10 Traits of Modern Data-Driven Applications
It takes far more than data to have a credible data-driven application that's compelling to a wide range of business users.
- By Philip Russom, Ph.D.
- April 21, 2015
The term data driven is bandied about nowadays by many people in many contexts. For example, more business managers need to make fact-based decisions and run a business "by the numbers" based on reliable data and metrics that are integrated into business processes. As new data sources come online -- from third-party sources, social media, and even machinery, devices, and smartphone apps -- business teams need an efficient and effective way to relate new data and leverage it to achieve organizational goals.
For managers, processes, and organizations to be truly data driven requires going beyond the hype in the press and siloed master data management processes. The success of consumer data-driven applications -- such as LinkedIn and Facebook -- has shown that frontline users can easily access, improve, analyze, and share their data in a seamless, unified environment. The problem with traditional process-driven applications such as legacy CRM and ERP systems is that they place the burden of capturing analytical insight, making decisions, and taking action on the business user. To correct that problem and offer other benefits, modern enterprise data-driven applications (DDAs) predict and prescribe what to do next with reliable data, relevant insights, and recommended actions.
In addition, a data-driven application:
- Automates business processes, problems, and opportunities that can only be driven forward, solved, and leveraged via ample volumes of diverse data.
- Operates on diverse data from many multichannel data sources, typically through data-as-a-service (DaaS), both inside and outside the enterprise.
- Makes information universally available across the organization within a single application. The ideal DDA is an out-of-the-box contextual application, with data included, that customizes each view with accurate, timely, and relevant information based on the role and goal of the user.
- Seamlessly combines operational and analytic capabilities, breaking down traditional silos. Analytic insights are linked directly to the execution of specific business tasks.
- Automatically generates master data, metadata, models, schema, and graphs as the user searches, queries, and collects data. This new, modern approach to data management keeps business users working without burdening IT. An enterprise DDA makes data reliable, instantly accessible, easily audited, and relevant to business objectives.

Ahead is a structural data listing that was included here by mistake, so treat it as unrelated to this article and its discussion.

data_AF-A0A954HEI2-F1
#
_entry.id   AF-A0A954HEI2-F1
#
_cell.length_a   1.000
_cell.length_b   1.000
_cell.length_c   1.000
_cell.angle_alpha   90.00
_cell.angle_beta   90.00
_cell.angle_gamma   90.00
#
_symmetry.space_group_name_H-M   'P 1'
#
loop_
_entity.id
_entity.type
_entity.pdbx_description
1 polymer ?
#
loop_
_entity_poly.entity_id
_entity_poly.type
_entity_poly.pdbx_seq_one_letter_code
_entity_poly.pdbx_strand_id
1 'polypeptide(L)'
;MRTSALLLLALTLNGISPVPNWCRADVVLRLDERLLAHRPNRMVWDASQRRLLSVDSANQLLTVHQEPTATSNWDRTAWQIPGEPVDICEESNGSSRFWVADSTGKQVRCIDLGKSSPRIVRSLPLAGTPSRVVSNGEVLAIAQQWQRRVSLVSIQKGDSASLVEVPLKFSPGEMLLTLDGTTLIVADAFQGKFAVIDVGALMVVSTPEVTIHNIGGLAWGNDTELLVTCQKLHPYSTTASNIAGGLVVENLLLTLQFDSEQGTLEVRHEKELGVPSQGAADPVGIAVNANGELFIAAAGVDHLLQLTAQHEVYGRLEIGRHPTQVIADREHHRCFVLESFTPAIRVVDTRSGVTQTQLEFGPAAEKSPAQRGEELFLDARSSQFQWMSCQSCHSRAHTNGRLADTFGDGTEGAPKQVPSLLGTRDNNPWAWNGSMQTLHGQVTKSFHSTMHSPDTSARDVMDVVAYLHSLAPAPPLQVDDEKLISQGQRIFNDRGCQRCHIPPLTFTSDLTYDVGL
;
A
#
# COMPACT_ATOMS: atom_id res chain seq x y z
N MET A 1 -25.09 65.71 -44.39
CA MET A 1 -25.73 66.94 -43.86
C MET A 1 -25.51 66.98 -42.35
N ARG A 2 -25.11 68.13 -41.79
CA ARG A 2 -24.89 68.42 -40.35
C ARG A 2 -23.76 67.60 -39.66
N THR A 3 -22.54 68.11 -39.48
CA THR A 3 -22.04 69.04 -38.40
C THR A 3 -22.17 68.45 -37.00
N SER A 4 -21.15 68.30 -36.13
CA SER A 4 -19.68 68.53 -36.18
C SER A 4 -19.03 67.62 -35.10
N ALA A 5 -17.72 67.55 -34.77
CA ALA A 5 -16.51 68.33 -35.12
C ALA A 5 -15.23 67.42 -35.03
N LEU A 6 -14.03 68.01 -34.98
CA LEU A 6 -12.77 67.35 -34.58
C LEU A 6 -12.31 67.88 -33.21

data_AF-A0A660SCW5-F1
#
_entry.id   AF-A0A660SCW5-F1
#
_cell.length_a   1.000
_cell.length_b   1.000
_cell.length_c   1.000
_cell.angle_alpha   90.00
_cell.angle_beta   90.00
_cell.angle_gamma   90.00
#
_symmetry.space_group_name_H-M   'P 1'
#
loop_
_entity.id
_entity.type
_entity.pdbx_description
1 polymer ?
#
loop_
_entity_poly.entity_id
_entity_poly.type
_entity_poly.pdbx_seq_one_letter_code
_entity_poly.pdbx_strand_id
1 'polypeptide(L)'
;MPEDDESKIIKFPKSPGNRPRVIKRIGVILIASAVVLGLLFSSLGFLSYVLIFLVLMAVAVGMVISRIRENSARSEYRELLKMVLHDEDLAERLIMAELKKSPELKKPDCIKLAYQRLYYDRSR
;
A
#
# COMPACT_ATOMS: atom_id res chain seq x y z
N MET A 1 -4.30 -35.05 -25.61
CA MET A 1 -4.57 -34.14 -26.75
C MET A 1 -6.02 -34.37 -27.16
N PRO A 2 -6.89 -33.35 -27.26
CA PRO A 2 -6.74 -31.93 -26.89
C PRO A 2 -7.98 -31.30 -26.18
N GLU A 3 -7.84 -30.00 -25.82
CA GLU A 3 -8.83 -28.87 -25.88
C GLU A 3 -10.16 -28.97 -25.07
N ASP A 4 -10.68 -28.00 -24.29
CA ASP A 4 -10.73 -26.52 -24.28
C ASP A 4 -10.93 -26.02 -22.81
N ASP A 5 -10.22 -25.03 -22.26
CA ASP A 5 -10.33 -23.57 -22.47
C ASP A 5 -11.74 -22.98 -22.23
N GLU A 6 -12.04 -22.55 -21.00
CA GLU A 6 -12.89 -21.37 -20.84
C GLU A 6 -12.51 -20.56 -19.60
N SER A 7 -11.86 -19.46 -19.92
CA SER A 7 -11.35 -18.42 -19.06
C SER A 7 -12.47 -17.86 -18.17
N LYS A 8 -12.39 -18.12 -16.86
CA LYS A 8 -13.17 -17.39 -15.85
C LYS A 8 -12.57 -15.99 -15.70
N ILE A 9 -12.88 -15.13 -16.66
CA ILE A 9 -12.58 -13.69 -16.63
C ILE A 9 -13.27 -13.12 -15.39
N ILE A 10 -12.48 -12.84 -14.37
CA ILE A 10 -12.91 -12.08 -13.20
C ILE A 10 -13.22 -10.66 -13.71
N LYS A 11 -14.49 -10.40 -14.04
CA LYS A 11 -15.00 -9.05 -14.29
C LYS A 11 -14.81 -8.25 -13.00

- Continuously correlates data entities (e.g., customers, partners, products, locations) into 360-degree views that can be pivoted from any perspective. The DDA enables business users to make decisions and take action based on complete and fresh data, with predictive insights made evident by revealing relationships among multiple entities, facts, and data points.
- Depends on consumer-class ease of use, as seen in LinkedIn and Facebook, requiring little or no user training.
- Supports real-time operation, collaboration with colleagues, and broad flexibility and scalability.
- Closes the loop by providing recommended actions and aligns the results of those actions to continuously improve the next set of recommendations.
- Reveals business value for unquestionable ROI by continuously measuring outcomes to show metrics such as cost savings, which customers are the most profitable, and how your business decisions are yielding results.
For more information about modern data-driven applications (DDAs), their use cases, and how to prepare for their use, read the 2015 TDWI Checklist Report: Bringing Modern Data-Driven Applications to the Enterprise, available for download by TDWI members, here.
Philip Russom, Ph.D., is senior director of TDWI Research for data management and is a well-known figure in data warehousing, integration, and quality, having published over 600 research reports, magazine articles, opinion columns, and speeches over a 20-year period. Before joining TDWI in 2005, Russom was an industry analyst covering data management at Forrester Research and Giga Information Group. He also ran his own business as an independent industry analyst and consultant, was a contributing editor with leading IT magazines, and a product manager at database vendors. His Ph.D. is from Yale. You can reach him by email (firstname.lastname@example.org), on Twitter (twitter.com/prussom), and on LinkedIn (linkedin.com/in/philiprussom).